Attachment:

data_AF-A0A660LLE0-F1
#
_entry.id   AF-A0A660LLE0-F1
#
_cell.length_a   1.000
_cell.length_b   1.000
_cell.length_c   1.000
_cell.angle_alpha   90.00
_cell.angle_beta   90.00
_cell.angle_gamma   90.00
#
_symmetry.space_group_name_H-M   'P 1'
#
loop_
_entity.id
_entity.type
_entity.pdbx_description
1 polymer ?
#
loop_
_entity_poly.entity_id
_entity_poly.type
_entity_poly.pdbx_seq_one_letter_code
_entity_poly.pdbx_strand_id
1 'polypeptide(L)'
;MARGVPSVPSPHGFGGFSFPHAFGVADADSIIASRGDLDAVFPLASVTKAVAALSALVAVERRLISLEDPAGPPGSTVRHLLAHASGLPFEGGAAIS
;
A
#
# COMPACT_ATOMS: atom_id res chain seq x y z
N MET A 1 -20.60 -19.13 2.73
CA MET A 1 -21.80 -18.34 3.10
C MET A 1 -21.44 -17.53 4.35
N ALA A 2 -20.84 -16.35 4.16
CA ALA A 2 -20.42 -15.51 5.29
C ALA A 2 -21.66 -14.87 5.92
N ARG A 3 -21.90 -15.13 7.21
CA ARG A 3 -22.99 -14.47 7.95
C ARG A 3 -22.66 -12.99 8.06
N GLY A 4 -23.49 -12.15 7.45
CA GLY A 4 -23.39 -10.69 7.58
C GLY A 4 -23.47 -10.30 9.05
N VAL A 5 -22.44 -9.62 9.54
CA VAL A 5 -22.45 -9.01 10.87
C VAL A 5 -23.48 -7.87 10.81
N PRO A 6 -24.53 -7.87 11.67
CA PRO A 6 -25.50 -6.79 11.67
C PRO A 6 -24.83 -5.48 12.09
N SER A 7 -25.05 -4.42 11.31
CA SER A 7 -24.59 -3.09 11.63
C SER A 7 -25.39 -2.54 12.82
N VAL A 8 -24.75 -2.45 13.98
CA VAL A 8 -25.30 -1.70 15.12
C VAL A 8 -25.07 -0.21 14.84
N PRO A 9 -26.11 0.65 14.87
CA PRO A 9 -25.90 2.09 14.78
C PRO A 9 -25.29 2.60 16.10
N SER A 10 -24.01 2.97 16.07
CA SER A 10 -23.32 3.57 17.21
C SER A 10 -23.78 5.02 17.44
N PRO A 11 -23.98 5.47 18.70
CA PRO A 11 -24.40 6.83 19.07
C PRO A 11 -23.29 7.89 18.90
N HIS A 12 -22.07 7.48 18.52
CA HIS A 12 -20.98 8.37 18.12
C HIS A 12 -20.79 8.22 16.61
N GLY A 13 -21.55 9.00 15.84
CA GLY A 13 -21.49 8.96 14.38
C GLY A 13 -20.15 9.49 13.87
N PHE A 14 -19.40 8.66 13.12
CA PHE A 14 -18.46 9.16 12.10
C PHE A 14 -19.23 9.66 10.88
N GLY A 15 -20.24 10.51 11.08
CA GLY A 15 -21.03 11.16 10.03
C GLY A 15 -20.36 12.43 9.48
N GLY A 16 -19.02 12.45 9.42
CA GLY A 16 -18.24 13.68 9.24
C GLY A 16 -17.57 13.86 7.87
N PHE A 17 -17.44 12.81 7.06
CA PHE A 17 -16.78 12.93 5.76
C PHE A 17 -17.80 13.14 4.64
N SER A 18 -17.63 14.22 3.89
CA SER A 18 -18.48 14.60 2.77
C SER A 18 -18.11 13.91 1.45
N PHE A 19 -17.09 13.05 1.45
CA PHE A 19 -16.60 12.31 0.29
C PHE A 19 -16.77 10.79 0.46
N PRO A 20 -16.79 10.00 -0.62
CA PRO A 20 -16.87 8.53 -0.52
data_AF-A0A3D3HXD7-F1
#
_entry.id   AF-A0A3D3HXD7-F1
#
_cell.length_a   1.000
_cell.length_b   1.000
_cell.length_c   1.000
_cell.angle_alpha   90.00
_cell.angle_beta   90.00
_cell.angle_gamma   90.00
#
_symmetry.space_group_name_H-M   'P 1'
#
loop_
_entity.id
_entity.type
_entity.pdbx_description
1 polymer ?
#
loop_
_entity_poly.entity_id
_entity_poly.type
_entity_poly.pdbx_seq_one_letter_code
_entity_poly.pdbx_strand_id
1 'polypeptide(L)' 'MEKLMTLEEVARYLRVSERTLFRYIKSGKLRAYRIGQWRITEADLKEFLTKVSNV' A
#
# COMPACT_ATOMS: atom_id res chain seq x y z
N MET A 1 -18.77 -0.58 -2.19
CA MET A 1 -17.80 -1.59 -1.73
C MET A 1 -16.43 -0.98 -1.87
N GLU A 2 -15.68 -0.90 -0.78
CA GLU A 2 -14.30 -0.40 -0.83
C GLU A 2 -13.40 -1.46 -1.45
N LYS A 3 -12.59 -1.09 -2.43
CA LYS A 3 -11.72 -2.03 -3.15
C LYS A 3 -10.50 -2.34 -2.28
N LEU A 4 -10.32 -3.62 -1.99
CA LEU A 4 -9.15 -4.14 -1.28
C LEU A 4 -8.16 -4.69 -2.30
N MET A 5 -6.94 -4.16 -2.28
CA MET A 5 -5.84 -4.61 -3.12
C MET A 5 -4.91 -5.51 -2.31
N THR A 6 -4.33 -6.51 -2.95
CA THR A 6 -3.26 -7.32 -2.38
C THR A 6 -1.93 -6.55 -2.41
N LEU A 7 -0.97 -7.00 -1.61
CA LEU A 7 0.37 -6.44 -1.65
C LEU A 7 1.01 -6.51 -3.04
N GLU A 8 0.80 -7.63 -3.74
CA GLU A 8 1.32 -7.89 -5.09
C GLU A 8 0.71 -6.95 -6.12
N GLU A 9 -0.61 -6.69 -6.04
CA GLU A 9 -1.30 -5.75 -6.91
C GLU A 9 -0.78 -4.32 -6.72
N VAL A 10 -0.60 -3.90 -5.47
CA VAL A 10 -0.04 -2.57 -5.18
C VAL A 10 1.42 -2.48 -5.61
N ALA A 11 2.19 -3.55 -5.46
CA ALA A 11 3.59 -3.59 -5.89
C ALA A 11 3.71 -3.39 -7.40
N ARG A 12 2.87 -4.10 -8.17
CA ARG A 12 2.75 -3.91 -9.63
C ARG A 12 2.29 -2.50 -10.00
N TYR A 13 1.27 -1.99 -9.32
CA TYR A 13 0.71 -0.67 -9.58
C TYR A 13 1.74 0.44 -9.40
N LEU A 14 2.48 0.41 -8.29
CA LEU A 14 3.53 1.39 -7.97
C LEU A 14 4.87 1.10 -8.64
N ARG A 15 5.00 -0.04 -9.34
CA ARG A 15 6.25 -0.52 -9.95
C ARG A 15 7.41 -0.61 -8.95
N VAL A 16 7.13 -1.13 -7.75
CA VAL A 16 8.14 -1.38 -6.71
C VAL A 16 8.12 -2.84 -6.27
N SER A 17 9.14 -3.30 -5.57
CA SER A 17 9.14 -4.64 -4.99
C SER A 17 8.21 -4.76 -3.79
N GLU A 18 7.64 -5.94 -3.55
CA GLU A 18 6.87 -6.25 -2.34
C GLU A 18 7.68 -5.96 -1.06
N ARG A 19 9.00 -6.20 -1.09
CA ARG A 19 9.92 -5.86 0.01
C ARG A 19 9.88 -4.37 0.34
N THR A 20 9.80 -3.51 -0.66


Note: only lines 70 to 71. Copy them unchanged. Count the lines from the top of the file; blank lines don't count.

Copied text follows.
N PHE A 14 -19.40 8.66 13.12
CA PHE A 14 -18.46 9.16 12.10